Women Now

Ditching lucrative careers in pursuit of fashion: Parents fill gap in children's fashion with The Playfair

No fashion background? No problem. Founders of local businesses share what drove them to leave a good pay cheque or juggle two jobs

Photo: The Straits Times

Husband and wife Guo Zhiyong and Ho Shi Min juggle many hats. In 2015, the couple started children's shoe e-tailer, schocs 'n' schues, as a one-stop shop for trendy and affordable leather shoes for children up to age six.

Seven months ago, they started The Playfair, a pop-up storethat stocks the shoe brands they import as well as a curated selection of 50 local brands selling children's lifestyle products.

And in October last year, they launched their own leather shoe brand, Shokunin, for adults and children. Their first collection came after successful funding on crowdfunding platform Kickstarter, on which they raised $21,000.





All this despite neither having any background in entrepreneurship or fashion. Mr Guo comes from a corporate finance background, while Ms Ho continues to hold a full-time job as an auditor in a bank.

The desire to start a business together and venture into the children's fashion industry was sparked only after they became parents in 2014 and found themselves with few options for high-quality, affordable shoes for their son.

"You had to go the designer route and splurge on a pair of leather shoes or settle for something quite basic," says Ms Ho. "There was hardly any middle ground and we found ourselves, like many parents back then, constantly trying to shop online for something unique and comfortable for our son."

Realising there was a gap in the market, they decided to explore the idea of a curated, e-commerce shoe store for children - offering an imported selection for kids.



At the time, Mr Guo had just left his job in corporate finance, giving him the time to visit local trade fairs and speak to brands from countries such as Brazil, Australia and the United States about selling their shoes online.

"It took a lot of convincing," he says with a laugh. "Many brands were apprehensive because we were contemplating a new enterprise and didn't have experience running a fashion-centric business, nor did we have a shopfront. Even the ones we managed to convince came around only after much coaxing and many Skype calls."

It took four months for the duo to get their first few brands on board and launch their online shopin 2015. With the venture taking shape, Mr Guo decided to focus on the business full time instead of going back to the corporate world, while Ms Ho helped with marketing and social media while juggling her full-time job.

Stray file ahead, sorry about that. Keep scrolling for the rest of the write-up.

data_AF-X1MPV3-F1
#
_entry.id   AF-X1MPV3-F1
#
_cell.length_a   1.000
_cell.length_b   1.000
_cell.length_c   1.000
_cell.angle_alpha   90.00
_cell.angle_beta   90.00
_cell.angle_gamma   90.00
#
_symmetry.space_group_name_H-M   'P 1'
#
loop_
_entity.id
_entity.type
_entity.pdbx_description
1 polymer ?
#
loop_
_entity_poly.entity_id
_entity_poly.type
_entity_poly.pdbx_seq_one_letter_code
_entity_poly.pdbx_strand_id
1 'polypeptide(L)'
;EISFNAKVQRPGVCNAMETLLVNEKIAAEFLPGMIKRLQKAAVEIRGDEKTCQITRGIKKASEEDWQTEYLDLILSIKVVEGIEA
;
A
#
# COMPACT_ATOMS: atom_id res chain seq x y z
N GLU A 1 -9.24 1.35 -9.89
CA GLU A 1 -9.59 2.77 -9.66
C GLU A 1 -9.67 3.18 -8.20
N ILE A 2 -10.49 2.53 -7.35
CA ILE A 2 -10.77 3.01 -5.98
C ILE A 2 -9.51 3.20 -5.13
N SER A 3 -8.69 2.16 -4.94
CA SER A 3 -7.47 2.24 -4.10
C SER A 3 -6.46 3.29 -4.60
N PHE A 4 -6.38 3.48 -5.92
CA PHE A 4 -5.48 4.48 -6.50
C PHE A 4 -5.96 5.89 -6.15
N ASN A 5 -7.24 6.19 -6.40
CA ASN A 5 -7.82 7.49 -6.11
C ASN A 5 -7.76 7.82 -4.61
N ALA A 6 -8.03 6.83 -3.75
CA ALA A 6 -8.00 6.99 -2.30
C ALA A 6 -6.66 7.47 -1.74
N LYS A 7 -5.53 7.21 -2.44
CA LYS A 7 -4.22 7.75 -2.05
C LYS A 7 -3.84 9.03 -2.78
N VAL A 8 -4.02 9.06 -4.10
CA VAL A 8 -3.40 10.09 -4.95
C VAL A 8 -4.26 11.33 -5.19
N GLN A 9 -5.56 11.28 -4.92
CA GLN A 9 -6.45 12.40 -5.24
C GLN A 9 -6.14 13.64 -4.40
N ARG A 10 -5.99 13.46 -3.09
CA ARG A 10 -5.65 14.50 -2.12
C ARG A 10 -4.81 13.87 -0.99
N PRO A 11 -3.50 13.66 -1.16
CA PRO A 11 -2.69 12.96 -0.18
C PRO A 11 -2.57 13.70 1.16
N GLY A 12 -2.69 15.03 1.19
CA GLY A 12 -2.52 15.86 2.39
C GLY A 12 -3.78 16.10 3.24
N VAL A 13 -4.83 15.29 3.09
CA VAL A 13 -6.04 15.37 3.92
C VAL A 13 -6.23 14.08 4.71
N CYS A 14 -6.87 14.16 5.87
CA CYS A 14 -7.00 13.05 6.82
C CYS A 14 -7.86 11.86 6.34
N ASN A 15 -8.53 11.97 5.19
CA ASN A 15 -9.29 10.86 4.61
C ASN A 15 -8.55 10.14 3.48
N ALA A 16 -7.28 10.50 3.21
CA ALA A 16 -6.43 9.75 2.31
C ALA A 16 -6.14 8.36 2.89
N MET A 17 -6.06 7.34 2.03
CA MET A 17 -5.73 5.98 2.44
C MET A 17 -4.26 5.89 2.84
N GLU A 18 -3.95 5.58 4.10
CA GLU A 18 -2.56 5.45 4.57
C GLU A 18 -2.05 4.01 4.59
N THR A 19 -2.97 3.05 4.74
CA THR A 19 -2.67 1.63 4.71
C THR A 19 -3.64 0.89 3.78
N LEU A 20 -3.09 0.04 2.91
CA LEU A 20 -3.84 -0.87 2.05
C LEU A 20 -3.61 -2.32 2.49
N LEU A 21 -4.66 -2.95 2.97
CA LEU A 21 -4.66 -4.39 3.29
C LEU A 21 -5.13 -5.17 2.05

The couple started off marketing their shoes at local pop-up fairs over weekends, which got them acquainted with founders of other local children's brands. Realising, however, that these short pop-ups were time-consuming, the idea for The Playfair was sparked - a concept showcasing a range of brands and changing location every six months or so.

The first iteration of their pop-up opened in Millenia Walk in June last year with about 15 brands. The brands pay the couple a commission for the sale of items and do notpay rent, which is fully absorbed by Mr Guo and Ms Ho.


After a successful six-month run, The Playfair reopened last week at a larger space at Suntec City, this time offering more than 50 curated brands.

Also available for the first time at the pop-up are the Shokunin shoes, which they designed and are manufactured in Spain. The high-top leather shoes cost $129 for children and $219 for adults. A new collection is slated for release next month.

For the duo, making difficult decisions about their steady careers and keeping their fashion enterprise going has been challenging and rewarding.

"We're enjoying it," he says. "Even though it requires a lot of sacrifice - of time, money and sleep - it's been a small price to pay to build something from the ground up.

"It's a very proud feeling to not only start and grow our own brand, but to also help other local businesses along at the same time."


This article was first published at The Straits Times.